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‘Like a heavy anchor, he’s taken his entire family down’: Operator of credit repair business and 7 relatives sentenced in $3.4 million identity fraud case

'Like a heavy anchor, he’s taken his entire family down’: Operator of credit repair business and 7 relatives sentenced in $3.4 million identity fraud case
Written by Publishing Team

If you can’t trust your family, who can you trust?

A North Carolina credit repair company operator has been sentenced to more than eight years in prison for creating fake police reports to clean up the bad credit of his clients and enlisting his family to help run a $3.4 million credit card fraud scheme at Lowe’s LOW,
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Michael Griffin, 53, was involved in the credit card fraud with seven relatives, including his wife, daughter, two brothers and three sisters, one of whom was an online chaplain. Prosecutors said the scheme involved creating “artificial identities” based on children’s stolen Social Security numbers.

“Like a heavy, heavy anchor, he brought down his entire family,” U.S. District Judge Terrence Boyle said in sentencing Griffin on Wednesday, according to the Raleigh News & Observer.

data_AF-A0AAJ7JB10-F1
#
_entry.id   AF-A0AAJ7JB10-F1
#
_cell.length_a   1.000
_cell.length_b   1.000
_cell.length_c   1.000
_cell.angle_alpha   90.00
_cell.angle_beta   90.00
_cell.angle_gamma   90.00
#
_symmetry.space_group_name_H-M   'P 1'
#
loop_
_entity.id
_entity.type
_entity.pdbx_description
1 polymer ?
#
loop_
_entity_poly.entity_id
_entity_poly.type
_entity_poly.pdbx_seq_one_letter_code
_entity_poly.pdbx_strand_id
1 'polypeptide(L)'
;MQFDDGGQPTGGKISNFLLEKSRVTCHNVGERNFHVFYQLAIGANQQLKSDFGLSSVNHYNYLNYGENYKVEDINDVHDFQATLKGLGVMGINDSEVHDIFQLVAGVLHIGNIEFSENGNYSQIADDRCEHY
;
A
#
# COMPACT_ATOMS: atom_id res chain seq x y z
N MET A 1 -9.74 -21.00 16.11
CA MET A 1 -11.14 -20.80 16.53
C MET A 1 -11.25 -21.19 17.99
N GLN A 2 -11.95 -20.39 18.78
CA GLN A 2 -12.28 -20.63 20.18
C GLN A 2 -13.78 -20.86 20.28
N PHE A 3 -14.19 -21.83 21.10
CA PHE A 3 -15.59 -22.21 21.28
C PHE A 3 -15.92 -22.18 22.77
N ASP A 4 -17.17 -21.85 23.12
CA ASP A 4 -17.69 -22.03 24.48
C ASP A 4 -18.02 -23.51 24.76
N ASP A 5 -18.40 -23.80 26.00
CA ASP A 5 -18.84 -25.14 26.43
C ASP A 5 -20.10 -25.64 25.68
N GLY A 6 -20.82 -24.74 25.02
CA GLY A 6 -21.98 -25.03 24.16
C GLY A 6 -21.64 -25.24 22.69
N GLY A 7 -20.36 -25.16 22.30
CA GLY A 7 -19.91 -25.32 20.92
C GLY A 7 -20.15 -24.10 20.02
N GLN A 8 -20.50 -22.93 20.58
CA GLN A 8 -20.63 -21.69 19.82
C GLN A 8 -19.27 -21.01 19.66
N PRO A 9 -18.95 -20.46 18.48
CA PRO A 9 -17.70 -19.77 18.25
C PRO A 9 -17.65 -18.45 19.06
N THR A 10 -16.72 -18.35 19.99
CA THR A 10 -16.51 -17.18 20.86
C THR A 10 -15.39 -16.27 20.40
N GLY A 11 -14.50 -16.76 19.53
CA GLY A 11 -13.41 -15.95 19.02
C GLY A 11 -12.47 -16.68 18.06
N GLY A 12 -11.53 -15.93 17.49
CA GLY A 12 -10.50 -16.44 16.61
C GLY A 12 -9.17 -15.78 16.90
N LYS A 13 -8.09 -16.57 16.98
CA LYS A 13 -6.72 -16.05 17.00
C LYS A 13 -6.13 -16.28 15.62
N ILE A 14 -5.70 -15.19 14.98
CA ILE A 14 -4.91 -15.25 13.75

All of Griffin’s relatives pleaded guilty in the case in October and were sentenced to up to 14 months in prison.

The letter left with Griffin’s attorney was not immediately returned.

False police reports

The investigation into Griffin began in 2019 when authorities accused him of filing false police reports with credit rating agencies that his clients — some of whom had paid $3,000 for his credit repair services — were victims of identity theft. Often the stunt worked and Griffin’s clients were unaware of what he had done, according to court documents.

Prosecutors say Griffin performed the fraud on behalf of nearly 600 clients of his credit repair business.

After he was indicted, the case expanded after investigators determined that Griffin had engaged in something called synthetic identity theft, in which a stolen Social Security number is often paired with a fake name, thus creating a false identity.

Prosecutors say that at one point Griffin used such a fake ID to obtain a car loan to purchase a 2018 Hyundai Genesis for $73,000.

Then the scam expanded into credit card fraud. Griffin has been accused of enlisting members of his family to help apply for dozens of Lowe’s credit cards issued by Synchrony SYF,
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Prosecutors said the bank was using artificial identities.

Messages left with representatives for Synchrony and Lowe were not immediately returned.

Investigators say Griffin will then raise the limits on accounts to buy prepaid cash cards and then walk away from the credit card. Prosecutors say Griffin also deceived other financial institutions with a similar ploy.

Griffin pleaded guilty to fraud in August and was sentenced Wednesday to 100 months in federal prison. He was also ordered to pay $400,000 in compensation.

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